"I'm not eating, I'm just chilling," says Baines, who in addition to teaching middle school kids is a baker, caterer, and writer who managed to combine her talents - and her passion for Collins' novels, set in a dystopian, postapocalyptic North America - to do a cookbook.
The collection of 150-plus recipes includes butter-and-cream-heavy desserts that would settle nicely into the oversize tummy of a pampered Capitol kingpin, and hearty fare made from foraged herbs and critters found in the mountain country surrounding Katniss' District 12 home.
Baines wants to make it clear that she's not "trying to ride the coattails" of Collins and her trilogy.
"As a writer myself, I would find it really annoying if someone did that," she says, chirping with sincerity. (Baines studied creative writing at the University of Southern California with teacher scribes Aimee Bender and T.C. Boyle.)
"I hope she sees it as an action of love, or a creation of love. . . . I had a lot of fun doing it, and it never really occurred to me - even when I had a publisher - I never thought I would be successful, or even get any attention. I was thinking that this whole thing was pretty ridiculous, actually, so it shocked me when people were suddenly interested."
And people have been interested. Baines has been on television preparing dishes, and has been interviewed by the press and blogged about by bloggers. And the book is selling quite nicely, thank you.
And the students in her seventh-grade class want to talk to her about Peeta and Gale, and whether she knows Collins personally.
"It's a nice surprise," she acknowledges, "but again, I just want to make sure she knows. I told the publishers, if you ever talk to her lawyers, let her know that this isn't me just trying to exploit her success."
Baines says that she was turned on to The Hunger Games books after expressing her frustration with another young-adult fiction phenomenon turned film franchise: The Twilight Saga.
"I like to write young-adult fiction - I haven't published anything yet, but, knock on wood, one day - and I was really upset by the Twilight series," she explains. "It had a girl that was giving up everything for a man . . . and I thought that was a really bad role model. And then my friend's mom, who's a librarian, said, 'Have you read this series called The Hunger Games?'
". . . And I love them, because it's just such a great role model for girls - and boys. . . . Everybody just assumes that with a female protagonist, guys aren't going to want to read it. But at least at the school where I'm subbing, the boys are more into it than the girls.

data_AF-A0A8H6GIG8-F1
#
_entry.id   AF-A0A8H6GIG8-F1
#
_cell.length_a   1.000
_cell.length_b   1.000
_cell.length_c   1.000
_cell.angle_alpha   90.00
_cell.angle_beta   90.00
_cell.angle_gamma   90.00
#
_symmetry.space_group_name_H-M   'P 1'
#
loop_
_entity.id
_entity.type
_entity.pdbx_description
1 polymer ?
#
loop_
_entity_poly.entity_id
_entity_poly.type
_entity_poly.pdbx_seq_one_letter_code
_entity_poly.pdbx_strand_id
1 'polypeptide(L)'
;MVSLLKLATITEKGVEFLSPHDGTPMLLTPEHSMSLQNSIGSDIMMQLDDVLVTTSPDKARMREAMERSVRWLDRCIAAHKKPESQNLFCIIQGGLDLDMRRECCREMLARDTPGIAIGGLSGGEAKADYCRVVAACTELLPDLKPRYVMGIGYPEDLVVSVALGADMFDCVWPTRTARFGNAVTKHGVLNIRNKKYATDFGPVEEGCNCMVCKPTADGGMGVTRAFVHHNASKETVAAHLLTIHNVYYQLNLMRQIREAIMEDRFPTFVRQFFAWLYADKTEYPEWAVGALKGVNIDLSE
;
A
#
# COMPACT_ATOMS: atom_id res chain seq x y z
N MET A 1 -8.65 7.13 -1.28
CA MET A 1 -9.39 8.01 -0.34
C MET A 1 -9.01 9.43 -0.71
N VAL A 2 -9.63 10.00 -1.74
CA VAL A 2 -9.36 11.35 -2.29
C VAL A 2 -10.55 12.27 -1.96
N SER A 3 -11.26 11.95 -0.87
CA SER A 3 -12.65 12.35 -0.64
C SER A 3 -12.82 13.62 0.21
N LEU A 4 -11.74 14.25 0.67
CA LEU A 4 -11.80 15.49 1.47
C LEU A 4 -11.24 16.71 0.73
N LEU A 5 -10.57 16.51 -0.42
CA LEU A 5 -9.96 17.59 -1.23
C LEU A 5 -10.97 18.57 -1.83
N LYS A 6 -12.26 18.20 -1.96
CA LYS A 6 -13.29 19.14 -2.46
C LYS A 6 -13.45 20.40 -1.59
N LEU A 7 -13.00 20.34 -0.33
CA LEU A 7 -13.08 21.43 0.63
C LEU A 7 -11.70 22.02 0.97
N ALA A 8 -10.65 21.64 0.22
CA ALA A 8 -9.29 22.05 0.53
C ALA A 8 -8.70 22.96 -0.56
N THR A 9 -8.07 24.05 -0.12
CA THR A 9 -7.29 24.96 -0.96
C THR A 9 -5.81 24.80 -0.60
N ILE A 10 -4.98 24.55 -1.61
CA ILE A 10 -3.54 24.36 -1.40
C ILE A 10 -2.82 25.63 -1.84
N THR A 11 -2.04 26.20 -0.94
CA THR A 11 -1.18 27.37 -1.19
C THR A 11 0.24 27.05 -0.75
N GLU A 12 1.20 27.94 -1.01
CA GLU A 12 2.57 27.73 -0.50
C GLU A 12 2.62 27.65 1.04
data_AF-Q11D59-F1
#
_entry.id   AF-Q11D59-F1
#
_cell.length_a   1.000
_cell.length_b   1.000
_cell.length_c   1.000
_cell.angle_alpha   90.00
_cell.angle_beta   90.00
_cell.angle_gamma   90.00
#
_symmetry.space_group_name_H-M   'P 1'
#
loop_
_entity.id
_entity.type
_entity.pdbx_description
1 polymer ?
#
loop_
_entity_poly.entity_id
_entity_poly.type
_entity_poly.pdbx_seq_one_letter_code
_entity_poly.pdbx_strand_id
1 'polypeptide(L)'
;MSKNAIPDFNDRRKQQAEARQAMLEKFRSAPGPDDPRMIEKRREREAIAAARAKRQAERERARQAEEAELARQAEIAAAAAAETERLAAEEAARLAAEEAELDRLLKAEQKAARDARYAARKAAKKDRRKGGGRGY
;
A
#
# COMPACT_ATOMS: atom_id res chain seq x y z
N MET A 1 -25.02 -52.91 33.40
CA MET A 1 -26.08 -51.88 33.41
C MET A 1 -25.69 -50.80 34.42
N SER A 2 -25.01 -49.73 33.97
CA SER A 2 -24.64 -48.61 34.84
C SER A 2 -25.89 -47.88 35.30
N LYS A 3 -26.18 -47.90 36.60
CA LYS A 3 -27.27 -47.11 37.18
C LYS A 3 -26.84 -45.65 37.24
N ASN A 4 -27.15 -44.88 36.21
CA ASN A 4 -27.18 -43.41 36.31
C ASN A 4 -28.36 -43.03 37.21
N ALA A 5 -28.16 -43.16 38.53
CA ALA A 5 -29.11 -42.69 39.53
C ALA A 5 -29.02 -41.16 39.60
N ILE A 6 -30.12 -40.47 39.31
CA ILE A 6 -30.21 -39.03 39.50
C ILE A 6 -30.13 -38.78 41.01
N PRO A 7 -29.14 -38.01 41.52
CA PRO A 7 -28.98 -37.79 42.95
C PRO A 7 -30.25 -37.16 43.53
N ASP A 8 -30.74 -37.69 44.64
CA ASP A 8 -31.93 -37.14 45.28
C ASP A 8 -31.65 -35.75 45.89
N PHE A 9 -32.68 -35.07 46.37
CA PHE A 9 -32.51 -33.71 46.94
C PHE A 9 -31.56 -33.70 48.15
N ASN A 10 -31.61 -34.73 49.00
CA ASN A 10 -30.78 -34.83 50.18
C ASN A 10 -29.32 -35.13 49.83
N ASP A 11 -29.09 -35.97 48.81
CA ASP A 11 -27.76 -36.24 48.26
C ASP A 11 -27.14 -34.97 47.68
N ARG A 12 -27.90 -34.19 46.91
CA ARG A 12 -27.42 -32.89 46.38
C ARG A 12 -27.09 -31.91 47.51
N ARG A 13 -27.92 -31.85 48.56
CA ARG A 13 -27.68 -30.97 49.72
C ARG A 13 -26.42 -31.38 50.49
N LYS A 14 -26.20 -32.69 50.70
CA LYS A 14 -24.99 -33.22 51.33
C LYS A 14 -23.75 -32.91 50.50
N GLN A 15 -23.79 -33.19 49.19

"And Katniss doesn't give up anything for her guy. She'll have her romance, but she's always true to herself . . . . I read so many young-adult stories, and they're always like the girl meets a guy and is immediately clumsy and dumb around the guy. It drives me nuts!
" . . . So, I'd rather her be obstinate, which Katniss is . . . . She's got an opinion, and she's sticking to it."
So Baines was reading the books - The Hunger Games, Catching Fire, and Mockingjay - while she was living and working in New York, before she moved back home to Southern California last year.
"I was working as an in-house chef/caterer for a postproduction sound company in New York," Baines recalls. "My job, every day, was to come up with recipes - I had to cook something new every day . . . and put out food for our clients and our celebrities and all that stuff.
"And so, I was reading it, and Collins describes the bread that Peeta burns on purpose for Katniss, and I was like, 'Oh, that sounds really good, I wonder if I can make that?' "
And that's how it started. Before she knew it, she had a few Hunger Games-inspired recipes, a publisher, and a deadline.
Some of the more, um, gamy recipes in The Hunger Games proved challenging for Baines, especially since, for a long while, she'd stopped eating meat.
"The wild-game ones were the hardest," she says. "I don't hunt, so I had to do a lot of research and a lot of talking to people . . . . Luckily, when I was in New York, I had coworkers and friends who went upstate and hunted, that was like a thing they did! I didn't even realize it was possible. And they would bring me back meat."
None of her friends, however, used bow and arrow to stalk squirrel in the woods. But Katniss Everdeen, of course, does.
"Getting squirrel meat was really hard," says Baines, who has four squirrel recipes in her book, including Mr. Mellark's favorite, fried squirrel.
"The one time I tried buying it online, the person literally sent me a dead squirrel in a box - not skinned or anything."
Contact movie critic Steven Rea at 215-854-5629 or firstname.lastname@example.org. Read his blog, "On Movies Online," at www.philly.com/onmovies.